AOL’s Rob Delacruz on set-top distribution, Apple TV deal
The company's VP and GM of consumer experiences at AOL Video on the challenges and benefits of stepping into the world of connected TVs.
It’s not easy for a publisher to develop apps for 15 different connected-TV devices. From a technology standpoint, the frameworks are all so different, making it a time-consuming process.
But for a network like AOL, which this week launched on Apple TV, establishing a large distribution network on streaming consoles is a priority as it’s part of the company’s video growth strategy.
AOL’s connected-TV audience has grown five times in the last year, says Rob Delacruz, VP and GM of consumer experiences at AOL Video, who sees the Apple TV launch as a big get — they are one of the largest of the stand-alone streaming devices, with about 20 million units sold.
“They’re very protective of their environment; they have a very high quality bar for content,” says Delacruz, about why the Apple TV deal comes after launches on Amazon Fire TV, Xbox and Roku, to name a few. “It took a while for us to get to those levels where after 14 different platforms, I think they saw the quality of product and content that we’ve been putting out recently, especially if you look at our new originals … that it warranted an invitation to get on the platform,” he says.
The medium is appealing to AOL as the network invests in long-form, original video programming like Connected. The company also recently secured a deal with Miramax to stream movies. Plus, the ability to reach tech-savvy early adopters made connected TVs an attractive platform for advertisers — not to mention the telegenic pre-roll format afforded by large screens and no competing banner placements.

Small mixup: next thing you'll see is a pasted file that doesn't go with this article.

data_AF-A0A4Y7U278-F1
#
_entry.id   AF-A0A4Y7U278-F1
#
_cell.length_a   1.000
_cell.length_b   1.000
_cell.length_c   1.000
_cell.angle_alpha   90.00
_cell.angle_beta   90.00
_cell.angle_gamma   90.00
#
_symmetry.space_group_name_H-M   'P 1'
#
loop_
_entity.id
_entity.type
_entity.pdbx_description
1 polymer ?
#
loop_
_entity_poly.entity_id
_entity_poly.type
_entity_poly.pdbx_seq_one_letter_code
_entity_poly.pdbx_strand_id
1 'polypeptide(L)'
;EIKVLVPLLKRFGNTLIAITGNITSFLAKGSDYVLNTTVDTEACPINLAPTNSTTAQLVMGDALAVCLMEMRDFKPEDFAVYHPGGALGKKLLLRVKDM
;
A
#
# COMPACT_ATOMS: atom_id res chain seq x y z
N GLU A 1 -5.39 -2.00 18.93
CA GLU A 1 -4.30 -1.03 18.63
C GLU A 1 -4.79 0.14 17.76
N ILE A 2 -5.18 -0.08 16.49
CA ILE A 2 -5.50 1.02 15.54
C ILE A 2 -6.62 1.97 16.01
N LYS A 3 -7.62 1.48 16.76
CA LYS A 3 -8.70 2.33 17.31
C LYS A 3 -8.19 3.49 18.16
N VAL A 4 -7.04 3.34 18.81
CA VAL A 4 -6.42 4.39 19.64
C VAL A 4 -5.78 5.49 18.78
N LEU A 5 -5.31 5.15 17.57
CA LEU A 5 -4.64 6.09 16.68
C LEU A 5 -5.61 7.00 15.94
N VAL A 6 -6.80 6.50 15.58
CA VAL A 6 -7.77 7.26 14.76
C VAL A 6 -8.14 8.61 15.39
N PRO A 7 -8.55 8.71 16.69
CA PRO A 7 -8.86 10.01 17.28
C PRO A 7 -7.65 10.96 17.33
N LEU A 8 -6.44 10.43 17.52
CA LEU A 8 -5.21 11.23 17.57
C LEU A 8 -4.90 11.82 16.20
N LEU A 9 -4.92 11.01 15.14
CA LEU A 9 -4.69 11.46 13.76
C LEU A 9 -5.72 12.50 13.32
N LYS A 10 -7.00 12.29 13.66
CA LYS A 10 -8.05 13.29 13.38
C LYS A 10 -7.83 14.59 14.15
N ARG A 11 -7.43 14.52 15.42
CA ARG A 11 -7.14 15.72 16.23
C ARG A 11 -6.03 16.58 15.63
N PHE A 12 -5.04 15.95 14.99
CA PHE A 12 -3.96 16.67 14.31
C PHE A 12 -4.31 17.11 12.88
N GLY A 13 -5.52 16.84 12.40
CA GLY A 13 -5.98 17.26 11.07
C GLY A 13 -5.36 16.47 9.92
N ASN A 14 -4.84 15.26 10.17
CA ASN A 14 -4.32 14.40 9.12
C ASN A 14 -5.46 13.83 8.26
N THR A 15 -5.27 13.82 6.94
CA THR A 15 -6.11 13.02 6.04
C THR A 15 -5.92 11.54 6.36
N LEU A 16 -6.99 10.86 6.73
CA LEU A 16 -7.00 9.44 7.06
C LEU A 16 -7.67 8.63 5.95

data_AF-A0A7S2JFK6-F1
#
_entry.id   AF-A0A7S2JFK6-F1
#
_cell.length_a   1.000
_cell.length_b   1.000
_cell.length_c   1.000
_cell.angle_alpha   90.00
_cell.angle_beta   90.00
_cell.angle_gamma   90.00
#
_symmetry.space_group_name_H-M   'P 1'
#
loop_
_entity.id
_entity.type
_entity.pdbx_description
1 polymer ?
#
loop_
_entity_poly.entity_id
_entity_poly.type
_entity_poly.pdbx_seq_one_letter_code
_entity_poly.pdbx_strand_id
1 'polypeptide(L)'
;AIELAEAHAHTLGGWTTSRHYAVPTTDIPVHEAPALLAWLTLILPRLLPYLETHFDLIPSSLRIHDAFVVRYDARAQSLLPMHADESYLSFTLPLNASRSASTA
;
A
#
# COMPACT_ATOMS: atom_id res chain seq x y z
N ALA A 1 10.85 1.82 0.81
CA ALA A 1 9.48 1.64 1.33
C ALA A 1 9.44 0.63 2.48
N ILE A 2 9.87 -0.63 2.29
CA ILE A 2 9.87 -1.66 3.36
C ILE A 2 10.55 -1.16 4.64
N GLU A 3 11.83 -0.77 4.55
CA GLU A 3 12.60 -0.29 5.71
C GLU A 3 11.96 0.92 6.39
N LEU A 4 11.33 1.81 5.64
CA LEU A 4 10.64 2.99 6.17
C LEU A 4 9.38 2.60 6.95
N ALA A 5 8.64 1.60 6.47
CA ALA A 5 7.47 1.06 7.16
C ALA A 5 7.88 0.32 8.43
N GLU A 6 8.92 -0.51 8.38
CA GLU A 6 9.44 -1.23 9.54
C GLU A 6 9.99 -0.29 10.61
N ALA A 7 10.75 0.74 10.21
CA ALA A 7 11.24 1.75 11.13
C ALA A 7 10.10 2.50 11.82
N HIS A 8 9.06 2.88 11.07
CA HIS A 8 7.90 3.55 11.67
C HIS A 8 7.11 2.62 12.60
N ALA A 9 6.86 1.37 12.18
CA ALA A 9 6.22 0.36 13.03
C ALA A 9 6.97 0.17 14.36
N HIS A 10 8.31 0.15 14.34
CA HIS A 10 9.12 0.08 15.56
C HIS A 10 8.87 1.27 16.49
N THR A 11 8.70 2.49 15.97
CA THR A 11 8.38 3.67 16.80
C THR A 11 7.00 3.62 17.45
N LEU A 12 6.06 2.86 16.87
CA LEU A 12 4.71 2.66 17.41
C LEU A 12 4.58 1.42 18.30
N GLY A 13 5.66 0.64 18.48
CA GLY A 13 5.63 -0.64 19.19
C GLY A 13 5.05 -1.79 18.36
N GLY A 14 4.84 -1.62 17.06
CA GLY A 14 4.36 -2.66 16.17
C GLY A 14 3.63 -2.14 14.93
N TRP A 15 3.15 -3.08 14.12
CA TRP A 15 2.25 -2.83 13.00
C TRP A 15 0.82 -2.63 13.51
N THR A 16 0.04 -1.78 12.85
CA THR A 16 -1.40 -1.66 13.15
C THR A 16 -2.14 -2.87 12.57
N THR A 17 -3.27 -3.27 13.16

Still, the medium is not without challenges. Unlike mobile where there are only two major operating systems to cater to, the connected TV world is highly fragmented.
“When you think about these 15 different implementations, there were probably 15 different technologies and integrations that we had to perform,” says Delacruz. “We have great technical expertise at AOL where we can accomplish that, but I can imagine that most publishers do not have the wherewithal to develop for 15 different platforms.”
However, he says some of the devices are starting to consolidate around certain technologies making it easier to get a single development effort to go across multiple devices. “The largest platforms are still highly proprietary, where they still take a dedicated effort, but at least we’re seeing the smaller-footprint connected platforms consolidating to more common technology frameworks to make it easier for us,” he says.
Measuring audiences can also be difficult on set-top devices – while the manufacturers may have registration data, that info is not shared, says Delacruz. While on PC cookies and login information can help publishers track viewing and demo rates, asking a user to type in their email address using a remote control and virtual keyboard isn’t ideal. However AOL does have partnerships with analytics companies like Nielsen to tackle some of these challenges, Delacruz says.
More than 900,000 videos from content partners will be available via the AOL app on Apple TV, including all AOL originals announced at this year’s NewFronts.
From Stream Daily